Olympics-Boxing-A refugee in the ring, Ngamba takes her fight to Paris

  • Boxing
  • Wednesday, 12 Jun 2024

Boxer Cindy Ngamba poses for a portrait at the English Institute of Sport in Sheffield, Britain, June 7, 2024. REUTERS/Lee Smith/ File Photo

SHEFFIELD, England (Reuters) - Cindy Ngamba had hoped to be boxing for Britain at the Olympics but instead the medal contender will step out in Paris as a refugee in the ring.

The 25-year-old, who arrived in Manchester from Cameroon at the age of 10 to join her father and step-siblings, is still waiting for citizenship and a passport from the country she knows as home.

She has been arrested and faced the threat of deportation to West Africa, and has had to provide proof of her sexuality to immigration officials after coming out as gay and before securing refugee status.

But if all goes to plan the woman who now has a degree in criminology from the University of Bolton, and talks of joining the police force, could become the first refugee athlete to win an Olympic medal.

The winner of English titles at three weights, Ngamba has been boxing since she was 15 and qualified for the Games on merit in the middleweight (75kg) category.

Her potential is not in doubt and Team GB had wanted her with them rather than as an opponent.

"Boxing changed my life," the Bolton-based boxer told Reuters at the 'Lion's Den' gym inside Sheffield's English Institute of Sport where she spars and works out with Britain's elite boxers and coaches.

"I worked hard for many years and I’m still working hard."


Ngamba, whose mother lives in Paris and will be there with other relatives to cheer her on, hopes her story can help others overcome obstacles and hardship.

"There’s many other refugees out there, there’s millions of us. I’m just one of millions. And there’s millions that are not being given the opportunity," she said.

"I just hope my story and my journey is kind of inspirational, not only for other refugees but also for other people that have the opportunity so they can achieve amazing things."

That story includes being arrested along with her brother, handcuffed and bundled into a van before being sent to separate detention centres in London.

They were released the following day but the situation remained precarious.

"I’ve lived through my life of having that moment where the Home Office and immigration people can come and collect me as I’m walking on the street, as I’m at the house, as I’m going to my school or college," she said.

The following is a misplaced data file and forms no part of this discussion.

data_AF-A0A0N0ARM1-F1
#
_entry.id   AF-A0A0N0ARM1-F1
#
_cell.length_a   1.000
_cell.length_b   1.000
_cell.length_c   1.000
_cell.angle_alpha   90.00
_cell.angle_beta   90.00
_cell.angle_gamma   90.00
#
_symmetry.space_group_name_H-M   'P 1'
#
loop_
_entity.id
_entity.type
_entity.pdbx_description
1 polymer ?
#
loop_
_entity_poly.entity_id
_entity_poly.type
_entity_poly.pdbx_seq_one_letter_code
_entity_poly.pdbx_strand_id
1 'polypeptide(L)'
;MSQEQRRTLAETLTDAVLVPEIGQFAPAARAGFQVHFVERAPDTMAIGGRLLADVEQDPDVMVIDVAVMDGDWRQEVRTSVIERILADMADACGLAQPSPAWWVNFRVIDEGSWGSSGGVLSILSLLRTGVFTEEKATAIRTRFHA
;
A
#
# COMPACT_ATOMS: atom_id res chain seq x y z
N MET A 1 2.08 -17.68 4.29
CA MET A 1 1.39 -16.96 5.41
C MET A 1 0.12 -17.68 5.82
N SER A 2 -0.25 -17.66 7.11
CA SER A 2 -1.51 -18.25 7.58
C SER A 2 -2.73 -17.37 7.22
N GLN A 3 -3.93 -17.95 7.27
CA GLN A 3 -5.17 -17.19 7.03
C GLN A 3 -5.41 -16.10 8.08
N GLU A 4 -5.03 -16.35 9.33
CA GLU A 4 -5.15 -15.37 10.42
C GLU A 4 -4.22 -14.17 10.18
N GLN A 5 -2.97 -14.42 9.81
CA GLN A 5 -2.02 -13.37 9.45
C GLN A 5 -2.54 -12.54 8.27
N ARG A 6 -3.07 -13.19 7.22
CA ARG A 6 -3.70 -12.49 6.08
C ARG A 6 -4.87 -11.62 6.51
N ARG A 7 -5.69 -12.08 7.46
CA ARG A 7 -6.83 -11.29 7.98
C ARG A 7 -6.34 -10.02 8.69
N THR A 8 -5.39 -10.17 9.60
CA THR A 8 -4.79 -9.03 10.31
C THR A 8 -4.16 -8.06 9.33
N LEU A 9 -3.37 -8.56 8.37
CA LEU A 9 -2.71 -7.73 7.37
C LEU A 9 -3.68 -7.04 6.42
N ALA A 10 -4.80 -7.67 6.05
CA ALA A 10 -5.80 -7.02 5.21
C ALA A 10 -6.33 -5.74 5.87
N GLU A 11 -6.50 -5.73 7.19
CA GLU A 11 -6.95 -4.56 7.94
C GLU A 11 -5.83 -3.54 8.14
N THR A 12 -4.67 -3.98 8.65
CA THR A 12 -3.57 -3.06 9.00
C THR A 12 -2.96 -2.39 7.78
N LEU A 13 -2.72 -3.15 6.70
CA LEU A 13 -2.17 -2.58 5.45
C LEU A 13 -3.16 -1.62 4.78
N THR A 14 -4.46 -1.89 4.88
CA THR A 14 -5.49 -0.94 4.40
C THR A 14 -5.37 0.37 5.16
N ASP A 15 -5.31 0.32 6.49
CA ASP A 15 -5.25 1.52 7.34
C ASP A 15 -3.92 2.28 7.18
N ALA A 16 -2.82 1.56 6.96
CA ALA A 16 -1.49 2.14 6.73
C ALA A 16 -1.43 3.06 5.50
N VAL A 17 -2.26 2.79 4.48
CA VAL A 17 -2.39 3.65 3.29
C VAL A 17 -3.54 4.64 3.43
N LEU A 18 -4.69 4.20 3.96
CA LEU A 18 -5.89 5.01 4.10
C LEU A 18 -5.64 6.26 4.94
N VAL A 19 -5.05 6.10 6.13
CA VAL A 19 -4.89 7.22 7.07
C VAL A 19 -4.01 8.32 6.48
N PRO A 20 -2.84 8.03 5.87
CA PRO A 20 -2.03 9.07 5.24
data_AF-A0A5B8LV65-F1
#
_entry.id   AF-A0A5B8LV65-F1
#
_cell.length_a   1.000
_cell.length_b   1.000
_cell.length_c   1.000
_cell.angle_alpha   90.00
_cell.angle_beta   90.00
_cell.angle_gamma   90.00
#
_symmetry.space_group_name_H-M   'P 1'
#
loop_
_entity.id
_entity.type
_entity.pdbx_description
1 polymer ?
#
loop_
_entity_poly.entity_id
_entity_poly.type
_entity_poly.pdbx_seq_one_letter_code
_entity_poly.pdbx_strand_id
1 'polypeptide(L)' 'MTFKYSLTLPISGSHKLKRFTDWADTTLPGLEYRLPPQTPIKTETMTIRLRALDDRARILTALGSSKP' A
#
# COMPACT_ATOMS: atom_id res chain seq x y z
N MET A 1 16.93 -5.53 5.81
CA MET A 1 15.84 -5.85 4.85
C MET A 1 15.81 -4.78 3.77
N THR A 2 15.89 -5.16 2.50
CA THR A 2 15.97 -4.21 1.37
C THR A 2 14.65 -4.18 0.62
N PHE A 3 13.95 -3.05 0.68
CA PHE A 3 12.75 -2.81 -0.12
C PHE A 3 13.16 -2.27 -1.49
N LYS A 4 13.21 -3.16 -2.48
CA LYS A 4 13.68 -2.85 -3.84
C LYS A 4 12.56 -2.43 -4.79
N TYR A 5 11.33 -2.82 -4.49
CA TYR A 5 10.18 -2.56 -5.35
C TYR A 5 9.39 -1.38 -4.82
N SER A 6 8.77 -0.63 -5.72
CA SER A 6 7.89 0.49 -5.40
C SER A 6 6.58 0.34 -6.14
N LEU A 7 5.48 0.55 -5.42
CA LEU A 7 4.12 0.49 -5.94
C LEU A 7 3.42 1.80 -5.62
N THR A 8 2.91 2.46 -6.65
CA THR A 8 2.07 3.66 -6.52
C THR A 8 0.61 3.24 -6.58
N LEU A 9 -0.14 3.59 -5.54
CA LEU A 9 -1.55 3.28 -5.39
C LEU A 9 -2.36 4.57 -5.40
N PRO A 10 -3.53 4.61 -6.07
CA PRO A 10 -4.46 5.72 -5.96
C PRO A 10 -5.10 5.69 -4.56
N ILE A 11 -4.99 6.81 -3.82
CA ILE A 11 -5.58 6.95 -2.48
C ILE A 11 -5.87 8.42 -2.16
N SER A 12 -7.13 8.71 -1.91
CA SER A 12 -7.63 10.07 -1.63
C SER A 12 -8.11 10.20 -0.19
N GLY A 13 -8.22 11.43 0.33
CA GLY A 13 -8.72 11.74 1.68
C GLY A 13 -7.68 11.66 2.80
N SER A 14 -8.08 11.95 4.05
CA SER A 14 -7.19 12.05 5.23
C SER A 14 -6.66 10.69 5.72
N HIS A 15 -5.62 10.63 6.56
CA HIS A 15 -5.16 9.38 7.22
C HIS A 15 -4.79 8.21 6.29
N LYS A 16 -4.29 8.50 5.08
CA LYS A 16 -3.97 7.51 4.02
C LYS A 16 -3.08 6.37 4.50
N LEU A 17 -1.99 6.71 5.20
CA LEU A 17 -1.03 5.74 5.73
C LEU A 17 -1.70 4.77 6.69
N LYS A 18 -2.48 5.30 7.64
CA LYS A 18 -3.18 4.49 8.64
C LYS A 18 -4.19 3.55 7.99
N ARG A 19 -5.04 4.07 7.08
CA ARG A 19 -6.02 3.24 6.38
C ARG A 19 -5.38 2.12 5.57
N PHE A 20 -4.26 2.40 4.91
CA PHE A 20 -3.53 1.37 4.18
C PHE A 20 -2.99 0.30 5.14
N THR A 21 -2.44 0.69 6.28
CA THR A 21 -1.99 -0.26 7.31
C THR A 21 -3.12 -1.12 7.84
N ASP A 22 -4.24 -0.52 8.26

"They (immigration officials) kept on coming back to me and saying no, no. And then I had to use my sexuality because in Cameroon it’s illegal to be gay. You can be sent to prison, you can be killed or be beaten."

There followed background checks, interviews with friends and family and messages scrolled through to make sure she was telling the truth.

"I just thought OK, this is something else. I’m not fake, I’m not lying. I’m just going to let them do what they’ve got to do and I just hope everything turns out for the best," she said.

GB Boxing have backed her case and England Boxing helped secure funding as a refugee athlete. The local member of parliament and friends from school, college and university wrote in support.

Bubbly out of the ring, and fully focused in it, she has paid her way with part-time work, in a warehouse and as a cleaner, and learned to speak like a local.

"I’ve kind of blended into the lifestyle. The country that is my home is England, not Cameroon," she said. "I’ve had many friends, many people who have wanted to support me and family, met new and amazing people. I feel like I am a British citizen."

A medal now would mean everything.

"It will be amazing, a greatness, a blessing. I’d be speechless. Even thinking about it right now I’m lost for words," she explained.

"Still right now I can’t believe I have qualified and I’m going to Paris. It’s not that I don’t believe in my graft and my work, I’m just human.

"I’m going to the Olympics and I’m going to make sure I get my medal and when I do get my medal I will still be speechless."

(Reporting by Alan Baldwin, editing by Toby Davis)

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